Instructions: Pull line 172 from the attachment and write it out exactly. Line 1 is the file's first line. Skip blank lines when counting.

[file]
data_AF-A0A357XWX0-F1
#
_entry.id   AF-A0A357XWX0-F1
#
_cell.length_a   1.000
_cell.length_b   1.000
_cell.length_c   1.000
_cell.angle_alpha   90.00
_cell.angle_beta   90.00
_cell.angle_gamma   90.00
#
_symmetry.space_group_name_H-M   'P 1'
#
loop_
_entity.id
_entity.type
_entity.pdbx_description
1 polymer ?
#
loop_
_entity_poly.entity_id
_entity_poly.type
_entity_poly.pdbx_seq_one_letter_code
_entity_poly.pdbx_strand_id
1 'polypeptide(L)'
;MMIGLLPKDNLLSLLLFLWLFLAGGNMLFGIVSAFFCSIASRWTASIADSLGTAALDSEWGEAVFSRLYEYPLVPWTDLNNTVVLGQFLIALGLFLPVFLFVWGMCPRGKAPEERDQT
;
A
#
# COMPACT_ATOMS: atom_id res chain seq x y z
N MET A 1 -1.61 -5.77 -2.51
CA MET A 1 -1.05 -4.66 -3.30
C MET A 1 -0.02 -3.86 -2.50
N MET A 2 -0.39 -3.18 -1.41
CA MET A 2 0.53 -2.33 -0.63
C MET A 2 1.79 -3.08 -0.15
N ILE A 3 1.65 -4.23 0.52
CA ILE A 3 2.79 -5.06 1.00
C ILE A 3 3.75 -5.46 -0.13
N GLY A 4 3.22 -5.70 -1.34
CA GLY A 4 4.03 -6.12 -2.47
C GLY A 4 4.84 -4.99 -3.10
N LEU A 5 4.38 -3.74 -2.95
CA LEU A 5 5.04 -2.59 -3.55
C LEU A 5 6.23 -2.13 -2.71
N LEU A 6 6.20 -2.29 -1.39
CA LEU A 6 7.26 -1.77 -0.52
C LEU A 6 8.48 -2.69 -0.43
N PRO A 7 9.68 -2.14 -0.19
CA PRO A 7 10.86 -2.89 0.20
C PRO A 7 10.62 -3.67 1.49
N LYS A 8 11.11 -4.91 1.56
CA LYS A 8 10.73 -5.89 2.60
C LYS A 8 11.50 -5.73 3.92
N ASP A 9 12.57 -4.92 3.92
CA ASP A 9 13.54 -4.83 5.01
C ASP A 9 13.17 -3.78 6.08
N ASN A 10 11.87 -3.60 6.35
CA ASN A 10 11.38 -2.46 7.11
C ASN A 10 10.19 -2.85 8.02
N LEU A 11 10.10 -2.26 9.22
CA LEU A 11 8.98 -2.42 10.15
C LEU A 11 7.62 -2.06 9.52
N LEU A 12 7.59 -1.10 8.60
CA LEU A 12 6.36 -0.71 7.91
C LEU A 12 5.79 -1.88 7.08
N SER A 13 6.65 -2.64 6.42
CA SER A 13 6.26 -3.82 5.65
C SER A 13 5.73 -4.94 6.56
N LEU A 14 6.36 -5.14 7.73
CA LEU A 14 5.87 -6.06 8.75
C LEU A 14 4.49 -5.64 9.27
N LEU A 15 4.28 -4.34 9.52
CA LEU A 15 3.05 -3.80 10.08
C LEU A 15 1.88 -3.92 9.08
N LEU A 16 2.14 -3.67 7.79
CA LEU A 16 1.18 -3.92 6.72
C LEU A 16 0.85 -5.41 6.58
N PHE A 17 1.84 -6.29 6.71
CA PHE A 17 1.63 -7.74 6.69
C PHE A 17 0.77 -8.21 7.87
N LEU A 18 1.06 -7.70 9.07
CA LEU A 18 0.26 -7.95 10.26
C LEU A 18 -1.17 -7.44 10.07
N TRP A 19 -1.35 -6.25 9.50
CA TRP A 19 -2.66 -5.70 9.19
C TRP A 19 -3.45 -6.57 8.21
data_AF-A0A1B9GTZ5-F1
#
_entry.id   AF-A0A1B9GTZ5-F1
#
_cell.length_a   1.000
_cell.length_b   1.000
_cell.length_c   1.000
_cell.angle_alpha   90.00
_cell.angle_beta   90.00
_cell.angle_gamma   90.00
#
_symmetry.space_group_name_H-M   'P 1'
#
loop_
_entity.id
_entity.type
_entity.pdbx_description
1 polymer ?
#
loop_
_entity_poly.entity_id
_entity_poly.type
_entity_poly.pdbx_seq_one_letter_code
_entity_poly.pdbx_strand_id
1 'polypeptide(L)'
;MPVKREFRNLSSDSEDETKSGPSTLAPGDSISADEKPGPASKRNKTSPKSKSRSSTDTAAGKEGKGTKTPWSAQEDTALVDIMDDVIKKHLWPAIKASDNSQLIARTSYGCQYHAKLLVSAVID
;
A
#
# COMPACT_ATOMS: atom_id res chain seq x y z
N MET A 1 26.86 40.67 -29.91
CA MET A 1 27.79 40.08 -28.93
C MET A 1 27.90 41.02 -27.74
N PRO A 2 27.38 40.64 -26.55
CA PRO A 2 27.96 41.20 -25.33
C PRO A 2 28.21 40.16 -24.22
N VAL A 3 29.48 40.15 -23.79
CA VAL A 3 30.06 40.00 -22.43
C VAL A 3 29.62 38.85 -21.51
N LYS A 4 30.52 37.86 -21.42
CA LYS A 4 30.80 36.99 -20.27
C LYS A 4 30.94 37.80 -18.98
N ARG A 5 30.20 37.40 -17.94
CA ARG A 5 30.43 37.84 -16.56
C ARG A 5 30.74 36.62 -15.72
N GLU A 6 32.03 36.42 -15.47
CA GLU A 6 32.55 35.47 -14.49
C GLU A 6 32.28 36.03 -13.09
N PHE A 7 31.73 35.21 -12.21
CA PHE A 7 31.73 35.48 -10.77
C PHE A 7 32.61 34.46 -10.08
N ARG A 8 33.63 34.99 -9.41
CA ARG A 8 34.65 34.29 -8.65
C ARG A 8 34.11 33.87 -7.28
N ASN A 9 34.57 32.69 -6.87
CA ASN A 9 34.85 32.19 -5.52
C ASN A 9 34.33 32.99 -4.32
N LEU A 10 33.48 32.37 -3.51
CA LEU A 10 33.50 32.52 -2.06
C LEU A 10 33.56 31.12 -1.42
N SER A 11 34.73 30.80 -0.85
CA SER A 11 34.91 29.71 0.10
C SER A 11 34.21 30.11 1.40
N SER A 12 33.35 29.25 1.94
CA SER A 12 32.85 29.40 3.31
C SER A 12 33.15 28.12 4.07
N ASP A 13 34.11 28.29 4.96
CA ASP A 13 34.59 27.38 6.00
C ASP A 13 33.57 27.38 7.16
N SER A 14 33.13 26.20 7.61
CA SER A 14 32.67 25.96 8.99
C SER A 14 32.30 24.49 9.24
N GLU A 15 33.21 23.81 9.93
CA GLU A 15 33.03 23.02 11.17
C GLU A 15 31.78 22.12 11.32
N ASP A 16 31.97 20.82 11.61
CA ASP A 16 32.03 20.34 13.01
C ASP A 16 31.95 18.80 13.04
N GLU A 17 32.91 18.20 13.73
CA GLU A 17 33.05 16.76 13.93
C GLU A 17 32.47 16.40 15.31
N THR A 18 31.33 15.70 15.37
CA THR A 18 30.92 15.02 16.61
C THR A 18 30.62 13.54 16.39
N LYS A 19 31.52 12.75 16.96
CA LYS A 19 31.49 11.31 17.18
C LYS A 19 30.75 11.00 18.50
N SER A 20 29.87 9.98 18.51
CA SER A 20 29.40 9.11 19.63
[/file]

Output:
N LYS A 19 31.52 12.75 16.96